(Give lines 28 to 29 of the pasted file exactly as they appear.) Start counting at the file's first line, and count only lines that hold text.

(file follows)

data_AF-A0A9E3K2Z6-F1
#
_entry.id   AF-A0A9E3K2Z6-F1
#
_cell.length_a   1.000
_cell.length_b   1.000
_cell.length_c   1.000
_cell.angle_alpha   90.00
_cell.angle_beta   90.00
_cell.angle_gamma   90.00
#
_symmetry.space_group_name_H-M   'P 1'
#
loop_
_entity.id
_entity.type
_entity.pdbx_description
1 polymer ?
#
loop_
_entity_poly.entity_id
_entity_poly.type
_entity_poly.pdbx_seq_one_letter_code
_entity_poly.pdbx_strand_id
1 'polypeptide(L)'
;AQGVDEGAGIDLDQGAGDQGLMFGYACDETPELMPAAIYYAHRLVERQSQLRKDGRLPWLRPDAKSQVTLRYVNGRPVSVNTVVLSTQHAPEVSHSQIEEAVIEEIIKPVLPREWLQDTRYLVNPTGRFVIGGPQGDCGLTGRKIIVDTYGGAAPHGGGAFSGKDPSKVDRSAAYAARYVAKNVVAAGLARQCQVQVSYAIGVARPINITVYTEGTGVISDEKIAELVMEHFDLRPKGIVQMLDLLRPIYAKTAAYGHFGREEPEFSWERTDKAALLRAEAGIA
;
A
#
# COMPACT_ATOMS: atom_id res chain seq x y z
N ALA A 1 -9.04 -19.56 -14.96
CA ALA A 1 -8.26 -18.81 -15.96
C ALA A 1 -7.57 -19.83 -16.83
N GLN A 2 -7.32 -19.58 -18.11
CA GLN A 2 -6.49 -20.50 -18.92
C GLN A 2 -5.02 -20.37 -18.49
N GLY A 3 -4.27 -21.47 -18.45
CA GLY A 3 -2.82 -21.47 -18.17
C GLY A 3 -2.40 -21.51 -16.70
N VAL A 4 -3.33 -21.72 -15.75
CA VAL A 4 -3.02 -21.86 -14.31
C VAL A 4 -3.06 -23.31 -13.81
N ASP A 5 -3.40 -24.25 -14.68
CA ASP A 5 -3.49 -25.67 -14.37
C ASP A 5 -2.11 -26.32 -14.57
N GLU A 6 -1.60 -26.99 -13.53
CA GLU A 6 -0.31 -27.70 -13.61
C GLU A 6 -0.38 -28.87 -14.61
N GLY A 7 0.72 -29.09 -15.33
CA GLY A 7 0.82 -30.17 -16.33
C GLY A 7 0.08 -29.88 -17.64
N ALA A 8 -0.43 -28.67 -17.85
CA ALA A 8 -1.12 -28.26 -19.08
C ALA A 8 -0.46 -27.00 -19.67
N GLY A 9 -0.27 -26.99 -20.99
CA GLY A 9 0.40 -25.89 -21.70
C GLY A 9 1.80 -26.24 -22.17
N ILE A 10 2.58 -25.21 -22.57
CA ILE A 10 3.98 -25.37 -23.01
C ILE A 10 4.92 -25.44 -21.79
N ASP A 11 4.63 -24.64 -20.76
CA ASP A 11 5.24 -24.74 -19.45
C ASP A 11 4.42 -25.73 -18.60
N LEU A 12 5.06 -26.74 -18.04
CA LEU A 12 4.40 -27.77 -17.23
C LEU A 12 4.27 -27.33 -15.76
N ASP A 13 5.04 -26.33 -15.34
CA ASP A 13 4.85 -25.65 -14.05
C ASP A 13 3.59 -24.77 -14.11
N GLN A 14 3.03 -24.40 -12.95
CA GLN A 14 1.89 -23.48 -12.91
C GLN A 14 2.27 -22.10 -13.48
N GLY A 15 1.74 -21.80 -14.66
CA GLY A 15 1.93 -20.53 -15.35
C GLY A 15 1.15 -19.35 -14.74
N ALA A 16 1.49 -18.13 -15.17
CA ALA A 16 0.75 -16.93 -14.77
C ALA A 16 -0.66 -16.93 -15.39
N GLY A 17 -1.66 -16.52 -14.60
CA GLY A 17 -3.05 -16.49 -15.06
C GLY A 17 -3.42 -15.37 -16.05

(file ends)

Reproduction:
A
#